We use cookies for site personalization, analytics and advertising. You can opt out of third party cookies. More info in our privacy policy.   Got it

Bangaloreans segregate waste to save their city

India
Environment
Recycling
Plastic recycling

Plastic recycling in India. Cory Doctorow under a Creative Commons Licence

There’s plenty to moan about, for sure. But after endless rape and other horror stories, I decided I’d like to focus on some stories of hope; more so during this season of good cheer.

When I opened my favourite newspaper, The Hindu, this morning, there was a news item that made me sit up with a ‘Well thank God, there’s something to cheer about’ feeling, in spite of the predictable, daily dose of gloom and doom, rape and nasty political goings-on. There’s a new initiative to encourage Bangaloreans to sell their rubbish. Yes, that’s right: someone pays us, in India, to give them our garbage.

Now recycling is as old as the hills in most Asian, African and South American countries. When I was a kid, we couldn’t wait to collect the treasure trove of empty beer bottles after my dad’s friends departed. Beer bottles got a few paise (pennies) more than the vinegar bottles from the kitchen! Newspapers too, were carefully saved and sold to a bikri-wallah, a man who came around every morning with a sack on his back, announcing his arrival to the Kolkata neighbourhood in a loud sing-song chant.   

I remember reading post-War British stories where frugality rather than consumerism was the order of the day. A time when people generated less garbage and saved newspapers and jam jars to reuse. Urban Indians, especially the ones who have got rich quickly in the last decade, because of the new global corporates and the IT sector in cities like Bangalore and Bombay, seem to totally disdain recycling of any sort. They are above all that, as they generate and discard mountains of garbage every day. Enough to put the most plastic-polluting people in the world to shame. With internet shopping, everything comes cheaper, but at a huge cost to the environment. Enormous piles of bubble-wrap, Styrofoam and/or several layers of plastic accompany almost every purchase. This includes books, gifts, clothes and door-delivered food.  I’m appalled that this generation, the have-everything, want-more folks who are so tech savvy, socially networked and think they know everything too, make not the smallest  attempt to segregate the waste they generate. I’m hoping the Bangalore initiative will make a difference and inspire people to segregate to save their city first, if not the planet.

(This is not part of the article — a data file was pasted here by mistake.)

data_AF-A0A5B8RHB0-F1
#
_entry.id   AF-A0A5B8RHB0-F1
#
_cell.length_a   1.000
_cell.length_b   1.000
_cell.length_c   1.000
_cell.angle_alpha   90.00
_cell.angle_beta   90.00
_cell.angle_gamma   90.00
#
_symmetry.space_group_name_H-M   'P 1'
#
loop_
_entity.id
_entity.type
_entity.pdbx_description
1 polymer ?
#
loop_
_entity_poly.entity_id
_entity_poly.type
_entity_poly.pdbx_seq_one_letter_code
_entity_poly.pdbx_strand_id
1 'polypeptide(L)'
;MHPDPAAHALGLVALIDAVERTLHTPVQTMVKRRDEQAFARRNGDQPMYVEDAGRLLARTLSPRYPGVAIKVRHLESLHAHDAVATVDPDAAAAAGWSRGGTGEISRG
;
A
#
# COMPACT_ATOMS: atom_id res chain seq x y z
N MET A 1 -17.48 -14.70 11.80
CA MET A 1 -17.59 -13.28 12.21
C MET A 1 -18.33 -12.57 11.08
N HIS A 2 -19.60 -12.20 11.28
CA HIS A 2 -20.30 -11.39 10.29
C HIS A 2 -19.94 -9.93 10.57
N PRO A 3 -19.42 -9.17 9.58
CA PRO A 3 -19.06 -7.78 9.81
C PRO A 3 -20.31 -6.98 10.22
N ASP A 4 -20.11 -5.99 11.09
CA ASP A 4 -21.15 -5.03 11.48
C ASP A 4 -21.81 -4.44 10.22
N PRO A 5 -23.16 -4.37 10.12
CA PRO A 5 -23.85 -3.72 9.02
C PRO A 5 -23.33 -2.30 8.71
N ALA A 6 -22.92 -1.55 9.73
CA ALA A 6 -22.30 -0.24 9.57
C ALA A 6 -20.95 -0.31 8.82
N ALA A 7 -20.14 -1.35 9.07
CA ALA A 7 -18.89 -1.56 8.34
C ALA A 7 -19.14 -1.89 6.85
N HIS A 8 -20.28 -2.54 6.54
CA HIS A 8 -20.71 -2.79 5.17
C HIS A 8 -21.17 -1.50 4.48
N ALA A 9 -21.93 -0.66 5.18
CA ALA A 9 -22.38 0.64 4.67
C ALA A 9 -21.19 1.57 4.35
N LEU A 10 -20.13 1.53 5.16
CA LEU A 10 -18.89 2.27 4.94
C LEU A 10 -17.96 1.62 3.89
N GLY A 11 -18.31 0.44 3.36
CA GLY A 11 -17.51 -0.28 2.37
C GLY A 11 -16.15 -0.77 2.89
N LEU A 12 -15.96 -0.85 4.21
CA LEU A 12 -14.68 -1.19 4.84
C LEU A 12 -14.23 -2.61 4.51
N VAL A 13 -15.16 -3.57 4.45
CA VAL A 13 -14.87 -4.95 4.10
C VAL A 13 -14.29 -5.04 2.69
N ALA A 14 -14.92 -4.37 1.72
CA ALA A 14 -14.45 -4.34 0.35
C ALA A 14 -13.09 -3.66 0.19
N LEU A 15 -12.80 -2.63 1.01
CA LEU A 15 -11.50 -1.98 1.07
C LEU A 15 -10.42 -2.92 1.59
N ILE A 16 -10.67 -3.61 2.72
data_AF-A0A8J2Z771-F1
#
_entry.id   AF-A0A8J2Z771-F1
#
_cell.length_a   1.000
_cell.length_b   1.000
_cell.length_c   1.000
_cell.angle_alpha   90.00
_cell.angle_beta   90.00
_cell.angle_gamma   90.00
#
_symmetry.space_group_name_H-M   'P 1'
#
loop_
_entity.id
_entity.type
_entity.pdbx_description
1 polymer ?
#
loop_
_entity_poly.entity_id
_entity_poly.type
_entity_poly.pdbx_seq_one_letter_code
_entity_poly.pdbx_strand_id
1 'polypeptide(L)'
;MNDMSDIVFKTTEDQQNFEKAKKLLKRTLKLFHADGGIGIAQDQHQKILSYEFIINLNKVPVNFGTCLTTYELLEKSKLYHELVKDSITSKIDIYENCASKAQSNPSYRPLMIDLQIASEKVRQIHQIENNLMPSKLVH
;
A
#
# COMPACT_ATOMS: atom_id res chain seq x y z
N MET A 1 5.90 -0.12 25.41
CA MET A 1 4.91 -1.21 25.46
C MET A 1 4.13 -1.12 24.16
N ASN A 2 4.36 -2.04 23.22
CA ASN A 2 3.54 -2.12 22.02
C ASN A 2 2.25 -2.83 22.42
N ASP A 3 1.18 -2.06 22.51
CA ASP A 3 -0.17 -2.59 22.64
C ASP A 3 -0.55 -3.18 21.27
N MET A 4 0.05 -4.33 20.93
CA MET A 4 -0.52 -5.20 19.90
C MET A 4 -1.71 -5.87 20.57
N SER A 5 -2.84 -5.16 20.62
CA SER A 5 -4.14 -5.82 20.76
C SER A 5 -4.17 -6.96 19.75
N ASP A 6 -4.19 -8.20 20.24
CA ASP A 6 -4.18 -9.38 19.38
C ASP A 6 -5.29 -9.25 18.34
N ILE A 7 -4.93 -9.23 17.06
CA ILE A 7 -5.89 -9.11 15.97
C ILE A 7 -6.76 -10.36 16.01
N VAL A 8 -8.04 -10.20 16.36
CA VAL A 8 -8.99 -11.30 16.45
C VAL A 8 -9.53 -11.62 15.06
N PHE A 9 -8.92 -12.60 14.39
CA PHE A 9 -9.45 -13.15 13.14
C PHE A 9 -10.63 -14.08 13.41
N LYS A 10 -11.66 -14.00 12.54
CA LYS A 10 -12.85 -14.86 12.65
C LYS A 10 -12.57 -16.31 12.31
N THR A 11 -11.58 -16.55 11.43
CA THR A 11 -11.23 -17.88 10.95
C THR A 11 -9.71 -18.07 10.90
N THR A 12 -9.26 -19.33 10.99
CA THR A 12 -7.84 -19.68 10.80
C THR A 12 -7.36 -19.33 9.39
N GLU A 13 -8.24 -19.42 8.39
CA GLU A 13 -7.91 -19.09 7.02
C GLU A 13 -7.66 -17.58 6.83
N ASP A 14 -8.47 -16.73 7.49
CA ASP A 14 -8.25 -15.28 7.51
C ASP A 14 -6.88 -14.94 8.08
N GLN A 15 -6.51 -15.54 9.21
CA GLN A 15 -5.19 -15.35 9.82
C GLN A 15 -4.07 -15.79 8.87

Germany is streets ahead of most of the world when it comes to recycling. In the early nineties, I was amazed at the enormous bins at every apartment complex to separate bottles, paper and plastic. What’s more, everyone used them. And I was staying then, at a student friend’s flat surrounded by lower-income families. Yet even two decades ago, the awareness level was high. At the supermarkets people frowned at you if you asked for a plastic bag. Britain was far better in the early nineties than the US, where garbage compressors pushed down the shocking amount of waste generated, but no-one seemed to give a damn about consumerism or the environment.

So the Bangalore initiative gives me hope. Because it’s here, in our supposedly most tech-savvy city, teeming with IT experts from all over the country, that there is dire need for recycling. This is the population, blessed with IT brains but not ordinary common sense, who consume the worst (for their own health) fast food. Pizza and lamb-burgers packed in plastic and Styrofoam as they work through the night to meet corporate deadlines. There is, of course, a bigger, more urgent need for our corporates to educate their staff. Not merely to pay lip service to Corporate Social Responsibility requirements. But we can take it one step at a time.

I grasp at incremental changes. Because for what it's worth, it’s the small steps forward that will help us move on. 

Help us keep this site free for all

Editor Portrait New Internationalist is a lifeline for activists, campaigners and readers who value independent journalism. Please support us with a small recurring donation so we can keep it free to read online.

Support us » payment methods

Subscribe   Ethical Shop